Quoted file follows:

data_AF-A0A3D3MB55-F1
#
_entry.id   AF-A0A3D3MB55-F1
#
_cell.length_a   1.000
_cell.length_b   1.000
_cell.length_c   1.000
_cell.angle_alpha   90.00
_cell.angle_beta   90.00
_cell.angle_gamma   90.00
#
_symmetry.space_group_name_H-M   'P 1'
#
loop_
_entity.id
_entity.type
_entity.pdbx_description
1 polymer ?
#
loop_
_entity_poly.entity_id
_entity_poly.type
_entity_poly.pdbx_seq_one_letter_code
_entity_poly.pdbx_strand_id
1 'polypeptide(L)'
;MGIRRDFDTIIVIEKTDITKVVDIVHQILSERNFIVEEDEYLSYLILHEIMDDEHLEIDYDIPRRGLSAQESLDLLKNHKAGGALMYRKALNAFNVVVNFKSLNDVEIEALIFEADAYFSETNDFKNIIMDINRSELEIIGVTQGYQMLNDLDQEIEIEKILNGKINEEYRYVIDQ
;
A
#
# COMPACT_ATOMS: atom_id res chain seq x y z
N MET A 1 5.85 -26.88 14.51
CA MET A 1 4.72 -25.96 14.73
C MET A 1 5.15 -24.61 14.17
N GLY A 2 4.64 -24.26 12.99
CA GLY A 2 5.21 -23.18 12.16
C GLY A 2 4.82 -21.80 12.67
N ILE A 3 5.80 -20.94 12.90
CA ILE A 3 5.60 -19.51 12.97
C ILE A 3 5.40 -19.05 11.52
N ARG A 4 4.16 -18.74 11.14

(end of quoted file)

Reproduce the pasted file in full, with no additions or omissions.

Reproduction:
data_AF-A0A3D3MB55-F1
#
_entry.id   AF-A0A3D3MB55-F1
#
_cell.length_a   1.000
_cell.length_b   1.000
_cell.length_c   1.000
_cell.angle_alpha   90.00
_cell.angle_beta   90.00
_cell.angle_gamma   90.00
#
_symmetry.space_group_name_H-M   'P 1'
#
loop_
_entity.id
_entity.type
_entity.pdbx_description
1 polymer ?
#
loop_
_entity_poly.entity_id
_entity_poly.type
_entity_poly.pdbx_seq_one_letter_code
_entity_poly.pdbx_strand_id
1 'polypeptide(L)'
;MGIRRDFDTIIVIEKTDITKVVDIVHQILSERNFIVEEDEYLSYLILHEIMDDEHLEIDYDIPRRGLSAQESLDLLKNHKAGGALMYRKALNAFNVVVNFKSLNDVEIEALIFEADAYFSETNDFKNIIMDINRSELEIIGVTQGYQMLNDLDQEIEIEKILNGKINEEYRYVIDQ
;
A
#
# COMPACT_ATOMS: atom_id res chain seq x y z
N MET A 1 5.85 -26.88 14.51
CA MET A 1 4.72 -25.96 14.73
C MET A 1 5.15 -24.61 14.17
N GLY A 2 4.64 -24.26 12.99
CA GLY A 2 5.21 -23.18 12.16
C GLY A 2 4.82 -21.80 12.67
N ILE A 3 5.80 -20.94 12.90
CA ILE A 3 5.60 -19.51 12.97
C ILE A 3 5.40 -19.05 11.52
N ARG A 4 4.16 -18.74 11.14